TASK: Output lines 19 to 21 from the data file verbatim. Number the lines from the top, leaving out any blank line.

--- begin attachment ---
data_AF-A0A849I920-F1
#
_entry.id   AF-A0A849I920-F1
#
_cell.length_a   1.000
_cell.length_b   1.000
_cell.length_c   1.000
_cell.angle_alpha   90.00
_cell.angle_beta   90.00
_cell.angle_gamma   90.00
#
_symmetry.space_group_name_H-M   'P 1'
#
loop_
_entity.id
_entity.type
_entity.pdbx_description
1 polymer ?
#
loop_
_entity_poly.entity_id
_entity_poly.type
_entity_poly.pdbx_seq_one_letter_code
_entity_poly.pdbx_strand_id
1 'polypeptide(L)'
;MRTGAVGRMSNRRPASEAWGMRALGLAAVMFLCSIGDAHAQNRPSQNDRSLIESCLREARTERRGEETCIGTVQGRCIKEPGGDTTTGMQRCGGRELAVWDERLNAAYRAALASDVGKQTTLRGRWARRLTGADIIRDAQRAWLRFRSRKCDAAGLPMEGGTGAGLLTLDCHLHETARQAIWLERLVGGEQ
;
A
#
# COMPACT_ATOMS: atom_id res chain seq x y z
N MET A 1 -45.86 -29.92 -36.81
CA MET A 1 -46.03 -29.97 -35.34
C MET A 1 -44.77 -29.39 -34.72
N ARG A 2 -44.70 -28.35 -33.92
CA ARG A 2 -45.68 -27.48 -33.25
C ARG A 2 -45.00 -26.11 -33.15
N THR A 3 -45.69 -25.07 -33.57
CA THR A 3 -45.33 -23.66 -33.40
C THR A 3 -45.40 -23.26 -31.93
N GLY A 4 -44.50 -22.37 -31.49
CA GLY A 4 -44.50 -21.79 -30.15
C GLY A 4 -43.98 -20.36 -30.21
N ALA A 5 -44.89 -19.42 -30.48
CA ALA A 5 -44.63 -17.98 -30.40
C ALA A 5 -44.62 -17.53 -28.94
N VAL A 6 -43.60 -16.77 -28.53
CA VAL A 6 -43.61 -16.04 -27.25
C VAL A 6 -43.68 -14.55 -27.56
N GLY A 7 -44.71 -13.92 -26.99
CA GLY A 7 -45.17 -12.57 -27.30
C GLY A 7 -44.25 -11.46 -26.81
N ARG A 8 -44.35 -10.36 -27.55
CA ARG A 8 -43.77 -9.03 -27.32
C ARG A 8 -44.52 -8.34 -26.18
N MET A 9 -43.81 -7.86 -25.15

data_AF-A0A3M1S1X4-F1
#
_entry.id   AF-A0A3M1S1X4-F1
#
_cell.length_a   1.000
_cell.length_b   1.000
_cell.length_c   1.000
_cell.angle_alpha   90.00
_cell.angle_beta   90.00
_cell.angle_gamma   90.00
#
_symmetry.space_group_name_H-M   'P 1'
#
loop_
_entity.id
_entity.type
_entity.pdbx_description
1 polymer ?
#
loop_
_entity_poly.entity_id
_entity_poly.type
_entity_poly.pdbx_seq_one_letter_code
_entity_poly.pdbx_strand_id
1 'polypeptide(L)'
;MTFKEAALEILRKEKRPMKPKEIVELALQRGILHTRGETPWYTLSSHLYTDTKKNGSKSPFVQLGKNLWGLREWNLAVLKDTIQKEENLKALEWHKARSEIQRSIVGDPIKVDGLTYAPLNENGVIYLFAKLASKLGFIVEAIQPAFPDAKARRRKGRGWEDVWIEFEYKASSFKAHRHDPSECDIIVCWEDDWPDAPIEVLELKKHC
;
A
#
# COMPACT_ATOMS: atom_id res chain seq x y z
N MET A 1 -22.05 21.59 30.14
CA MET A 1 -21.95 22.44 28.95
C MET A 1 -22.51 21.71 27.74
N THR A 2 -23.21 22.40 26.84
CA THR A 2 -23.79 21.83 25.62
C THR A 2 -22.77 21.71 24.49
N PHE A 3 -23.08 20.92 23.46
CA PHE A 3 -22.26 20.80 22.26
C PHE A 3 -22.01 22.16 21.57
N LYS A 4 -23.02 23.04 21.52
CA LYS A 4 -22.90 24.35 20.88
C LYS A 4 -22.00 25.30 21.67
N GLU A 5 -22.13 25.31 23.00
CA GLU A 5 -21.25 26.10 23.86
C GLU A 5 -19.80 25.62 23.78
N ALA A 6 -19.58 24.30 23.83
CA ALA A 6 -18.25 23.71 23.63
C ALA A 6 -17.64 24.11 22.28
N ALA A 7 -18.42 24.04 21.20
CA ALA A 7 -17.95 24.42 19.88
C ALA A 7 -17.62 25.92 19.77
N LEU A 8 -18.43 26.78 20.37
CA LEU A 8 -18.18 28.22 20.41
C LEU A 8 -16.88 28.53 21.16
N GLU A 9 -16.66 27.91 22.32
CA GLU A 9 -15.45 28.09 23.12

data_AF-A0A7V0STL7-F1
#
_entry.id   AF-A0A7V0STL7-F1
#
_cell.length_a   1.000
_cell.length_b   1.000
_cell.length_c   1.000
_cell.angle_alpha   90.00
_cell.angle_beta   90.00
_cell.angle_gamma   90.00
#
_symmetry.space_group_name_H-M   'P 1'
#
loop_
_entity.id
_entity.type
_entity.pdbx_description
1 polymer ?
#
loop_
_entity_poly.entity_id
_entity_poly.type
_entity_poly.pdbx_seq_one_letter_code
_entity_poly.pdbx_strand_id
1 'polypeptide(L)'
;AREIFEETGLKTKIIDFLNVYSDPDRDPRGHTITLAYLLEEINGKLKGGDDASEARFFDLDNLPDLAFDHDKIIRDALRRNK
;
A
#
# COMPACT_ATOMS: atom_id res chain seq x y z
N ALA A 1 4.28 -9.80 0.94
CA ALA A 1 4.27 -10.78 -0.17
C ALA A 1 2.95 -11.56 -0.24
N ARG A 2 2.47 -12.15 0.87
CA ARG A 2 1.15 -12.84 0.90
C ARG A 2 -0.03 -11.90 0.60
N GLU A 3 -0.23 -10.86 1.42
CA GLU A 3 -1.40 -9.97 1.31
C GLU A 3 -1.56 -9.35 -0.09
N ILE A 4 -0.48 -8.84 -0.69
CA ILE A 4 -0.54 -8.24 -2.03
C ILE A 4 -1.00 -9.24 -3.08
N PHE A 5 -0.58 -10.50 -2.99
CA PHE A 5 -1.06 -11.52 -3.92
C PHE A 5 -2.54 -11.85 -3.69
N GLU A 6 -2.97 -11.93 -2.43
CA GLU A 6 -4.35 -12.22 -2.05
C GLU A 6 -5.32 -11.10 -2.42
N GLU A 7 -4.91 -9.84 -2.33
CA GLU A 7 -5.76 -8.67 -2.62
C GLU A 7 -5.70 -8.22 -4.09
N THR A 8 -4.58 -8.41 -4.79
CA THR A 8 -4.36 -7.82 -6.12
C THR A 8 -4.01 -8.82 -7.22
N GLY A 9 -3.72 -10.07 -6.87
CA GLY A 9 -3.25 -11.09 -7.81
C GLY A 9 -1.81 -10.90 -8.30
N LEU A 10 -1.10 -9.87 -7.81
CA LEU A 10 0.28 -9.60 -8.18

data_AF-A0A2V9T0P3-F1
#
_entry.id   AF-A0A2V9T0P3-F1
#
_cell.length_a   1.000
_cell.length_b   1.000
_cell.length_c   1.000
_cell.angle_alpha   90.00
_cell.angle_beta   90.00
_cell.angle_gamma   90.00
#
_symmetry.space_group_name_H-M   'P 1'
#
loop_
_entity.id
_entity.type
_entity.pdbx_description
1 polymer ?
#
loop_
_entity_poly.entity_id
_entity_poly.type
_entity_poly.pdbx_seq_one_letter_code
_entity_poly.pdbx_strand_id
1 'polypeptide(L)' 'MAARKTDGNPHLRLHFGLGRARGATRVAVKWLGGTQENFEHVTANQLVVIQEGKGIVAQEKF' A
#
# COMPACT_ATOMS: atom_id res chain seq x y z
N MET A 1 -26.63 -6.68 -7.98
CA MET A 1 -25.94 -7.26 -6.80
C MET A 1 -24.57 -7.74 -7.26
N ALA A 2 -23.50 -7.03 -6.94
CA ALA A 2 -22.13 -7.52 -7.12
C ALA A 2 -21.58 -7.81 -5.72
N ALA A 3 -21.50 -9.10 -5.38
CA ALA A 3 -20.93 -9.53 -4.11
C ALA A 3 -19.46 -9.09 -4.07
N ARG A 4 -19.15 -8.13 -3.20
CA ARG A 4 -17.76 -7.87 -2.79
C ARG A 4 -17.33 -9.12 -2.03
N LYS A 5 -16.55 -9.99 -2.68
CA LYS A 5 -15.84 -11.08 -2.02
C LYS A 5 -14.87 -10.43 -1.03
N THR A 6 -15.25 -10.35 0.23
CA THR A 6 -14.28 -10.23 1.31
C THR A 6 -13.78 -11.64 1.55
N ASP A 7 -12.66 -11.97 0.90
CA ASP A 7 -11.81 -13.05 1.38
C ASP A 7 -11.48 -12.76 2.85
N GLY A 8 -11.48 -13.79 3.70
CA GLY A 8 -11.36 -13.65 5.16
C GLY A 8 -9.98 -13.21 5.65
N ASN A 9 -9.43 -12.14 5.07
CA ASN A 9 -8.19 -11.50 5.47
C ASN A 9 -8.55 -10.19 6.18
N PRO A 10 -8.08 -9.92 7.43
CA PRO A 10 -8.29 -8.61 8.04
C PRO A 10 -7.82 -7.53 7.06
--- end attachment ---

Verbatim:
#
loop_
_entity_poly.entity_id